For years Tian ruthlessly forces Ruth to practice and eventually she wins a competition and gets to perform a concerto at Tian’s old school. During the concerto Min notices Tian sitting “listening as if to a beloved voice, indelible and persisting over time. He did not wipe away the tears…unable to take his tortured, joyful eyes away from the stage” (69). Tian’s tortured, joyful eyes are a symbol of Tian’s realization that his dream is dead but he can still exist through Ruth and the violin that was once his and is now hers.
During a celebratory dinner Ruth announces that the Head of the Music from Tian’s old school has told Ruth that she “could easily get a scholarship” (70) and that she “[has] a rare talent” (70). Ruth is excited and sees this as a way out from her father’s oppression where she would be free to play music for herself and not for her father. But Tian will have none of it, he says “[I will] not allow them to claim they discovered her…They only [want] to exploit her” (71). Through this scene Chang is showing us the dichotomy between Ruth and Tian’s shared love of the violin.
Ruth wants desperately to be free to pursue her own dream of music and Tian is not willing to let go of his own dreams that he has used to enslave Ruth. Ultimately Tian’s identity is challenged when his ruthlessness and hunger destroy his dreams. As Ruth struggles for her independence from Tian’s tyranny, Min watches “the fights take on a desperate intensity…each demand, each refusal and retort, would escalate their mutual rage” (87). Chang uses foreshadowing during one brutal fight Ruth when tells Tian “I hate you, I hate you! ” (80), to which he replied “You’re going to kill me! You’ll make me die! (80) Ruth cries and says “I’m quitting! I’m never going to pick up a violin for as long as I live”, to which Tian responds with “Then I don’t want you! You are not my daughter! You are nothing! ” (88), with those words Ruth moves out and never sees Tian again. One month later talking with Min on his death bed Tian says “Whenever I looked at her, I saw the violinist that she might be, I saw past her poor behavior…and I could see it-brilliance, like a star” (95). Min tells him “[you were good to me and Anna, you provided for us]” (95), Tian speaking his last words says, “That is not important” (95).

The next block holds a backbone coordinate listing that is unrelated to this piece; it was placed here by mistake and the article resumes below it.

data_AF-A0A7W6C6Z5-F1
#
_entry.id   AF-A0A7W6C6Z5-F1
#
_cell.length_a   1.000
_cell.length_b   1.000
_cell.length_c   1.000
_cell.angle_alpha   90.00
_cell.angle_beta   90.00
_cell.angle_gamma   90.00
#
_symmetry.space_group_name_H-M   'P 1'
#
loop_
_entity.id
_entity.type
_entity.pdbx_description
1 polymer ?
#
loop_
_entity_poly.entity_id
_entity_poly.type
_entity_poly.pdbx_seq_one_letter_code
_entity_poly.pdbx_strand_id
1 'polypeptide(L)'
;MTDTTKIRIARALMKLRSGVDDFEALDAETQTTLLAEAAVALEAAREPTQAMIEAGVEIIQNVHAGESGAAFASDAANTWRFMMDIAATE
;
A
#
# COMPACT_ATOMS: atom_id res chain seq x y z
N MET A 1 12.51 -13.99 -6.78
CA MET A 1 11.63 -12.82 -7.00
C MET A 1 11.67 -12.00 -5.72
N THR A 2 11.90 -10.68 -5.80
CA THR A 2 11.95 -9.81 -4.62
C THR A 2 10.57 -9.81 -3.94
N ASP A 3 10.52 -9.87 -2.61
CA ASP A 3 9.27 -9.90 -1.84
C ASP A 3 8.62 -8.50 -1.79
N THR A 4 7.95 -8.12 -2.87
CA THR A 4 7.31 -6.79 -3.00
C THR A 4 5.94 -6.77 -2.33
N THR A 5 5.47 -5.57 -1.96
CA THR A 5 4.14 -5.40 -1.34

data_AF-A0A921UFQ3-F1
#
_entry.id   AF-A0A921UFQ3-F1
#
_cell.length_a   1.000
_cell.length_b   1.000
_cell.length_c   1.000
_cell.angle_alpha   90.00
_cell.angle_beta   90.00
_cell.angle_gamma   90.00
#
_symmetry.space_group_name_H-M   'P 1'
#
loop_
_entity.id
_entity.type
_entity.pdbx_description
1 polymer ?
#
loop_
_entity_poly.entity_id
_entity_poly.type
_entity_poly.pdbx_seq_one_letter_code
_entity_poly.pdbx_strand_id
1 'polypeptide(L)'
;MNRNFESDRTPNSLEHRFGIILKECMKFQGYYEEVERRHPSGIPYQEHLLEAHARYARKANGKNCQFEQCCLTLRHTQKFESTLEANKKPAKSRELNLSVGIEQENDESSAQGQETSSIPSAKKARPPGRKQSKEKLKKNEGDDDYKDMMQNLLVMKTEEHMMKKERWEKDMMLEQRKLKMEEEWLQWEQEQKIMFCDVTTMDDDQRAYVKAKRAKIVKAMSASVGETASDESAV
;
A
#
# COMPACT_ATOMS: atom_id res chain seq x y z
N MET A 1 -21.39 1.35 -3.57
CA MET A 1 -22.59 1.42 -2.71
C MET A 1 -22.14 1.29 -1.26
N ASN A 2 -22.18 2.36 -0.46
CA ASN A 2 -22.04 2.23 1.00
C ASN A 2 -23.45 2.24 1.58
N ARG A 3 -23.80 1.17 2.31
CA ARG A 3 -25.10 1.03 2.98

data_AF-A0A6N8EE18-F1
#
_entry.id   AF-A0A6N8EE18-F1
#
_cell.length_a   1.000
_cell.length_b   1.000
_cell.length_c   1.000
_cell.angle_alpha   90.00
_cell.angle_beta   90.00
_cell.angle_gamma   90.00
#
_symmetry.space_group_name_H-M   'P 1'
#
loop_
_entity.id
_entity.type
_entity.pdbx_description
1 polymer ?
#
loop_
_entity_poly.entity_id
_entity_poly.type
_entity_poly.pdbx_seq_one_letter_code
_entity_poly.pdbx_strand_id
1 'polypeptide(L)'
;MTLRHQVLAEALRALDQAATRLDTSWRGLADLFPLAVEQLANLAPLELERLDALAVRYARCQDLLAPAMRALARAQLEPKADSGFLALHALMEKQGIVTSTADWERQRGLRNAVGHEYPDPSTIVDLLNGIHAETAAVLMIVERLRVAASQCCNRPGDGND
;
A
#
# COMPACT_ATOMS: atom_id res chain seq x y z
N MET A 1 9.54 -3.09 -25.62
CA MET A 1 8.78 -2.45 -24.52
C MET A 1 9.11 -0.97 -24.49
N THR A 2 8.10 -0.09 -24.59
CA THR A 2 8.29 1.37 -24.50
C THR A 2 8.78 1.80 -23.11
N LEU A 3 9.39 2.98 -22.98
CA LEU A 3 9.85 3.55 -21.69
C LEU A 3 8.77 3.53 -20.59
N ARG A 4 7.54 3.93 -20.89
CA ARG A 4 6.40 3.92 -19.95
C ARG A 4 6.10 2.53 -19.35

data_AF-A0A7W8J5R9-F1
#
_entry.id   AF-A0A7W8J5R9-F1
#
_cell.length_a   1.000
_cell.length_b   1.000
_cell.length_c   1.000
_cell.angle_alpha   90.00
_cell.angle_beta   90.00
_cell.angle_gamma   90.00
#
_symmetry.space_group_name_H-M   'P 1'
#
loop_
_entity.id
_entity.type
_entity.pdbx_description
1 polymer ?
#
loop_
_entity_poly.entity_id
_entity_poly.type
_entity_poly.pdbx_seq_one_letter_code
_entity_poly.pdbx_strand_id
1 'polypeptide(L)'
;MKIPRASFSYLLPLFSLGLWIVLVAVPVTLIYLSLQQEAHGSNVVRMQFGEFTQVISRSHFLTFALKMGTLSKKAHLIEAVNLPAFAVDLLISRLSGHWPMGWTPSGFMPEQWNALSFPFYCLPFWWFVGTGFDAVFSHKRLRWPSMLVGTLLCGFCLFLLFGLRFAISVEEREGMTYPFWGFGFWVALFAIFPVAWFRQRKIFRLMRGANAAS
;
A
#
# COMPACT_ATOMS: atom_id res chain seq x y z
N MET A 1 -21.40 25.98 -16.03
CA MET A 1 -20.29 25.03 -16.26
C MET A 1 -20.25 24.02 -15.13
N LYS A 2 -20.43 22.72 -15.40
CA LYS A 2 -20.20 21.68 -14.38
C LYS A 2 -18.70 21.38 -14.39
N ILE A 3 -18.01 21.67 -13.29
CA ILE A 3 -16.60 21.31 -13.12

Even in death Tian is unable to realize that his life was wasted by his unrelenting hunger for success that is the cause of the vicious fights he has with Ruth. He fails to see the irony that he drove Ruth away, disowning her for wanting a life that was her own, just like him when he left China. If Tian had not been driven to succeed no matter what the cost to him or his family, he may have lived a rich, wonderful, loving life full of music; but that was not the path he choose. He instead chose to put everything he had, all of his identity into the violin leaving him hollow and empty when Ruth left.
All he had left were the memories of what she could have been if only she had his drive and ambition along with his own personal failures. The symbol of the violin as Tian’s identity and the devastating effects it had on him and his family serve to show the importance of not living your life for just one thing. What happens when that one thing goes away and you are left with nothing? Do you move on with your life and find something else to focus on or do you destroy another life by forcing your dream on them?
As a parent, I find this story to be a great cautionary tale; reminding us as parents that our children need to be free to discover their own unique identity. Unfortunately, you see versions of this story on sports fields across America; for example: there is the dad who was the high school football star with dreams of the NFL, relentlessly pushing his child to be a big NFL star, no matter what the cost or wants of the child. It is our duty as parents to gently nurture our child’s dreams and abilities, giving them the chance to grow into their own person and chase their dreams, not ours.
Did you know that we have over 70,000 essays on 3,000 topics in our database?